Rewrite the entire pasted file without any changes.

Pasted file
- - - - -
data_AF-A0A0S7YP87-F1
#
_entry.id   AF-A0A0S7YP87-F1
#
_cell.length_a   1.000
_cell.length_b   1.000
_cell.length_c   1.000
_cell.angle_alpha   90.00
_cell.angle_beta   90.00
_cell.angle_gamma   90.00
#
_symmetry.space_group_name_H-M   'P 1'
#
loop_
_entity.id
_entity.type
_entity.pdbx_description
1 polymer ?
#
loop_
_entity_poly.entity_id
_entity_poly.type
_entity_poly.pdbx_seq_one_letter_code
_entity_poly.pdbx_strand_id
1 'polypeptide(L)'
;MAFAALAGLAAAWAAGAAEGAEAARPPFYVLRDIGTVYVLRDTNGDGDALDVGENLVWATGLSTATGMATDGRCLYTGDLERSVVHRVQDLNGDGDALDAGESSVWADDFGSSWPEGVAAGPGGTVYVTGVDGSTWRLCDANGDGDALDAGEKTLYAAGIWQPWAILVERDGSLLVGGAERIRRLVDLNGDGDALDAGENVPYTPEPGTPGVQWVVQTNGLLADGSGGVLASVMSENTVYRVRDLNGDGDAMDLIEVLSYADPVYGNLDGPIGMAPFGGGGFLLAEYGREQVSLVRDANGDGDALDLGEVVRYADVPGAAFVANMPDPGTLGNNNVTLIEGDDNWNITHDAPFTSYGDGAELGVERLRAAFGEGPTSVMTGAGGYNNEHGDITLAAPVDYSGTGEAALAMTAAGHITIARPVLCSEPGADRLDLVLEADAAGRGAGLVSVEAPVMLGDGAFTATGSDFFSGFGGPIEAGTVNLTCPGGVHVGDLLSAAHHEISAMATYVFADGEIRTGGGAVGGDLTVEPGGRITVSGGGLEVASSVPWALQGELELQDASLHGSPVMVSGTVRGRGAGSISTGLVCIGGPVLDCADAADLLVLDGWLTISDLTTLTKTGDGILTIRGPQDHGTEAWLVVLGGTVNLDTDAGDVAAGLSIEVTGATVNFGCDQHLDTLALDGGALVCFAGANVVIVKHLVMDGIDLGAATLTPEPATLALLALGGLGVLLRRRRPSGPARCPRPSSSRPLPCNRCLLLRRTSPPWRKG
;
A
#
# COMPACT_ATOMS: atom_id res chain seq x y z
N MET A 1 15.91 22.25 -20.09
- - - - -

data_AF-A0A0S7YP87-F1
#
_entry.id   AF-A0A0S7YP87-F1
#
_cell.length_a   1.000
_cell.length_b   1.000
_cell.length_c   1.000
_cell.angle_alpha   90.00
_cell.angle_beta   90.00
_cell.angle_gamma   90.00
#
_symmetry.space_group_name_H-M   'P 1'
#
loop_
_entity.id
_entity.type
_entity.pdbx_description
1 polymer ?
#
loop_
_entity_poly.entity_id
_entity_poly.type
_entity_poly.pdbx_seq_one_letter_code
_entity_poly.pdbx_strand_id
1 'polypeptide(L)'
;MAFAALAGLAAAWAAGAAEGAEAARPPFYVLRDIGTVYVLRDTNGDGDALDVGENLVWATGLSTATGMATDGRCLYTGDLERSVVHRVQDLNGDGDALDAGESSVWADDFGSSWPEGVAAGPGGTVYVTGVDGSTWRLCDANGDGDALDAGEKTLYAAGIWQPWAILVERDGSLLVGGAERIRRLVDLNGDGDALDAGENVPYTPEPGTPGVQWVVQTNGLLADGSGGVLASVMSENTVYRVRDLNGDGDAMDLIEVLSYADPVYGNLDGPIGMAPFGGGGFLLAEYGREQVSLVRDANGDGDALDLGEVVRYADVPGAAFVANMPDPGTLGNNNVTLIEGDDNWNITHDAPFTSYGDGAELGVERLRAAFGEGPTSVMTGAGGYNNEHGDITLAAPVDYSGTGEAALAMTAAGHITIARPVLCSEPGADRLDLVLEADAAGRGAGLVSVEAPVMLGDGAFTATGSDFFSGFGGPIEAGTVNLTCPGGVHVGDLLSAAHHEISAMATYVFADGEIRTGGGAVGGDLTVEPGGRITVSGGGLEVASSVPWALQGELELQDASLHGSPVMVSGTVRGRGAGSISTGLVCIGGPVLDCADAADLLVLDGWLTISDLTTLTKTGDGILTIRGPQDHGTEAWLVVLGGTVNLDTDAGDVAAGLSIEVTGATVNFGCDQHLDTLALDGGALVCFAGANVVIVKHLVMDGIDLGAATLTPEPATLALLALGGLGVLLRRRRPSGPARCPRPSSSRPLPCNRCLLLRRTSPPWRKG
;
A
#
# COMPACT_ATOMS: atom_id res chain seq x y z
N MET A 1 15.91 22.25 -20.09